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High-Powered Incentives Kill

Summary:
In the just published article, "The Perils of  High-Powered Incentives: Evidence from Colombia’s False Positives,"Acemoglu, Fergusson, Robinson, Romero, and Vargas investigate incentivizing the military. We investigate the use of  high-powered incentives for the Colombian military and show that this practice produced perverse side effects. Innocent civilians were killed and misrepresented as guerillas  (a phenomenon known in Colombia as “false positives”). Policymakers (and managers) should anticipate that incentivizing an outcome enough will alter behaviors to attain the outcome both by the desired methods and by methods antithetical to the organization. Perhaps, though, for managers the perverse consequences result the deaths of innocents less often.Without incentives, we should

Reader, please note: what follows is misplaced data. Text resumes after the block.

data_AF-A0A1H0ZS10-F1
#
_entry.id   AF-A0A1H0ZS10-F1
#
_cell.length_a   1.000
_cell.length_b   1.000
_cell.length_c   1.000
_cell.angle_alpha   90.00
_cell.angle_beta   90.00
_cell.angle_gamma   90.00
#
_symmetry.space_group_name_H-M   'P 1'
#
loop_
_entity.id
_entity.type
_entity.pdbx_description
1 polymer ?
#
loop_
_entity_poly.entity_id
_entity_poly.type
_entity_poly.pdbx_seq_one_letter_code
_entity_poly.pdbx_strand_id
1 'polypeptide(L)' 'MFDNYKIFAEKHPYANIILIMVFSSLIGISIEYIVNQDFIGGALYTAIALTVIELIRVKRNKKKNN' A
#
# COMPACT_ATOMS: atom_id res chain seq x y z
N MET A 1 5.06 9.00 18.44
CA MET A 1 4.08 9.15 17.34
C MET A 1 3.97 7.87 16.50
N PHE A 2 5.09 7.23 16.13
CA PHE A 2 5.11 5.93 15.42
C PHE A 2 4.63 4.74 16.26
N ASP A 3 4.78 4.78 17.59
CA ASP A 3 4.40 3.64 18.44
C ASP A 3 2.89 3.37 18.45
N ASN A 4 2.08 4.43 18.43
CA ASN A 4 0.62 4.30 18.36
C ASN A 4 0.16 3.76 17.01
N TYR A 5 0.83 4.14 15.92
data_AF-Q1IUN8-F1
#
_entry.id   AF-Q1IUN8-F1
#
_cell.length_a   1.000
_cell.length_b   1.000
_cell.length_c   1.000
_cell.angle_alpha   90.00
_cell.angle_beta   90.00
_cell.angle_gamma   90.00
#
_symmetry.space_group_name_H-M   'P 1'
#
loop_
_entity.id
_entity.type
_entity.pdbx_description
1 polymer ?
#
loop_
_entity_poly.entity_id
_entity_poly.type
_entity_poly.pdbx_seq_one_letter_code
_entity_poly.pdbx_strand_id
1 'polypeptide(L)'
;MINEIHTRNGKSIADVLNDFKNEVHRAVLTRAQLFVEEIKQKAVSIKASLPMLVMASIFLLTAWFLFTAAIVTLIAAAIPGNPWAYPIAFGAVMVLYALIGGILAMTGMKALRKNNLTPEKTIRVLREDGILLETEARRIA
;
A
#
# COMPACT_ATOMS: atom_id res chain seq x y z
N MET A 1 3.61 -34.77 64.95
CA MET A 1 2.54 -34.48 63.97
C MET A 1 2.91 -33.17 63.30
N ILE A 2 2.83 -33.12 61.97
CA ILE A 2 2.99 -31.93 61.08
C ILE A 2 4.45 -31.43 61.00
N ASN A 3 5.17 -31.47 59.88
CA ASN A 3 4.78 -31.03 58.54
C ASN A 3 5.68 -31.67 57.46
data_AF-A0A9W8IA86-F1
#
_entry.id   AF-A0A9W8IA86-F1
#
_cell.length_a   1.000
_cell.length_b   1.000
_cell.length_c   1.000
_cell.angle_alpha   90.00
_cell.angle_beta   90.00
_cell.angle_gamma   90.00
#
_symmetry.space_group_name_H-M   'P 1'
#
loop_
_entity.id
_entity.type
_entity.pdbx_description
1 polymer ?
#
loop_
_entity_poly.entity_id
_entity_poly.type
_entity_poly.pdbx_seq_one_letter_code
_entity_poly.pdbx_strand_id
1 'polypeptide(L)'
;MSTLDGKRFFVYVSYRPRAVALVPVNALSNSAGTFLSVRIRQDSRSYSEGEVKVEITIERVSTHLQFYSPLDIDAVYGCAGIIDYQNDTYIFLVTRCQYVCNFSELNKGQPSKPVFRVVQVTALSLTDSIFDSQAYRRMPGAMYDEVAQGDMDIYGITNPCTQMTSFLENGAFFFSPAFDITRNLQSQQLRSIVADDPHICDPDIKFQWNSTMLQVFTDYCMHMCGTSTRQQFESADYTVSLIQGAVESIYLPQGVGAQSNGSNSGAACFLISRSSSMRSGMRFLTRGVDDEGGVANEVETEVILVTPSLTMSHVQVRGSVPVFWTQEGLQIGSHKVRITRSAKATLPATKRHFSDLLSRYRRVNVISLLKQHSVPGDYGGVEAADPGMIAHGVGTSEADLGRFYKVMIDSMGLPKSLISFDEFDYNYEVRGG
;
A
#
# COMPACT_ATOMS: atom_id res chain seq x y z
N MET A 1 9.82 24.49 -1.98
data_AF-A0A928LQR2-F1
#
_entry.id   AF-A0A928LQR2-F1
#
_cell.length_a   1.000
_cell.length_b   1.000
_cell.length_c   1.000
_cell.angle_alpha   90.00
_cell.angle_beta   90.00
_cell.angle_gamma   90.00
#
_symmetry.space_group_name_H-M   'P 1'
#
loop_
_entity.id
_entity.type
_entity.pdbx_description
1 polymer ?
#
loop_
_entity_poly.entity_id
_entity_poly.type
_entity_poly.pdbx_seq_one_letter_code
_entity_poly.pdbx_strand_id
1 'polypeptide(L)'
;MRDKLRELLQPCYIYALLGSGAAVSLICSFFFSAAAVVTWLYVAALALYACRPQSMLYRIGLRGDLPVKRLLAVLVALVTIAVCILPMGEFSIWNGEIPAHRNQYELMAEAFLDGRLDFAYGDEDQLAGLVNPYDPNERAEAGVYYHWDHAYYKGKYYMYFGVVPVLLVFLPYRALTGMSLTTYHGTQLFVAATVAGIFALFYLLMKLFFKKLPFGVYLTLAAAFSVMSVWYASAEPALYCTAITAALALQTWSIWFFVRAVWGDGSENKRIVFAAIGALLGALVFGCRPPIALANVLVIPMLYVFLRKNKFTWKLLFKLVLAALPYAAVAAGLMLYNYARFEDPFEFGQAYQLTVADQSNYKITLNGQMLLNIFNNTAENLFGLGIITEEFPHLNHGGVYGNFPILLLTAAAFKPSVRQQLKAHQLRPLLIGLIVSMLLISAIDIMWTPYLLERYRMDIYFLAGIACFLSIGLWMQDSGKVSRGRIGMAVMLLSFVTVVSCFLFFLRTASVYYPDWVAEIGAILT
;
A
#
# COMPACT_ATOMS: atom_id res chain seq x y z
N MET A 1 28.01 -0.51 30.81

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In the just published article, "The Perils of  High-Powered Incentives: Evidence from Colombia’s False Positives,"Acemoglu, Fergusson, Robinson, Romero, and Vargas investigate incentivizing the military.
We investigate the use of  high-powered incentives for the Colombian military and show that this practice produced perverse side effects. Innocent civilians were killed and misrepresented as guerillas  (a phenomenon known in Colombia as “false positives”).

Policymakers (and managers) should anticipate that incentivizing an outcome enough will alter behaviors to attain the outcome both by the desired methods and by methods antithetical to the organization. Perhaps, though, for managers the perverse consequences result the deaths of innocents less often.

Without incentives, we should anticipate a principle/agent problem. In this case, that might mean more "false negatives" or more un-apprehended guerillas committing violence against innocents. Setting appropriate incentives to balance the two is a particularly delicate decision-error problem.

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